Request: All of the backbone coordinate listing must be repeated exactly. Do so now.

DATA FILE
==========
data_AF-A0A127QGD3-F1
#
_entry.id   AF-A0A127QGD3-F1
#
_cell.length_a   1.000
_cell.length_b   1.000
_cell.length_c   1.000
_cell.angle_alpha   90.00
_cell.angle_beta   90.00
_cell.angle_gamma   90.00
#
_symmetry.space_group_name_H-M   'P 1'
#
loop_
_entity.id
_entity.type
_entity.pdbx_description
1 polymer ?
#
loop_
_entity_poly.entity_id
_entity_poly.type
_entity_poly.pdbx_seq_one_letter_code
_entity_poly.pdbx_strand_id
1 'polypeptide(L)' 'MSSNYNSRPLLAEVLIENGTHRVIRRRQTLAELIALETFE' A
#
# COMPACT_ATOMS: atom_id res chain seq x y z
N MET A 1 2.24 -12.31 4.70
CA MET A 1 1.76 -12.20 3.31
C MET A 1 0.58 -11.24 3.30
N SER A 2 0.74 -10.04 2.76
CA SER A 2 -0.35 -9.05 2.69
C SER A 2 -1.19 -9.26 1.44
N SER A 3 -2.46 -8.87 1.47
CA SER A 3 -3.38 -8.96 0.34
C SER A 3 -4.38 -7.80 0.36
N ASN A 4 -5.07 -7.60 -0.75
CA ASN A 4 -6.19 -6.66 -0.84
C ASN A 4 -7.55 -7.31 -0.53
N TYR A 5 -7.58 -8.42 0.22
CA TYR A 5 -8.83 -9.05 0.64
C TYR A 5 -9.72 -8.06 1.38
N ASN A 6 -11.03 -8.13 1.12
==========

data_AF-A0A127QGD3-F1
#
_entry.id   AF-A0A127QGD3-F1
#
_cell.length_a   1.000
_cell.length_b   1.000
_cell.length_c   1.000
_cell.angle_alpha   90.00
_cell.angle_beta   90.00
_cell.angle_gamma   90.00
#
_symmetry.space_group_name_H-M   'P 1'
#
loop_
_entity.id
_entity.type
_entity.pdbx_description
1 polymer ?
#
loop_
_entity_poly.entity_id
_entity_poly.type
_entity_poly.pdbx_seq_one_letter_code
_entity_poly.pdbx_strand_id
1 'polypeptide(L)' 'MSSNYNSRPLLAEVLIENGTHRVIRRRQTLAELIALETFE' A
#
# COMPACT_ATOMS: atom_id res chain seq x y z
N MET A 1 2.24 -12.31 4.70
CA MET A 1 1.76 -12.20 3.31
C MET A 1 0.58 -11.24 3.30
N SER A 2 0.74 -10.04 2.76
CA SER A 2 -0.35 -9.05 2.69
C SER A 2 -1.19 -9.26 1.44
N SER A 3 -2.46 -8.87 1.47
CA SER A 3 -3.38 -8.96 0.34
C SER A 3 -4.38 -7.80 0.36
N ASN A 4 -5.07 -7.60 -0.75
CA ASN A 4 -6.19 -6.66 -0.84
C ASN A 4 -7.55 -7.31 -0.53
N TYR A 5 -7.58 -8.42 0.22
CA TYR A 5 -8.83 -9.05 0.64
C TYR A 5 -9.72 -8.06 1.38
N ASN A 6 -11.03 -8.13 1.12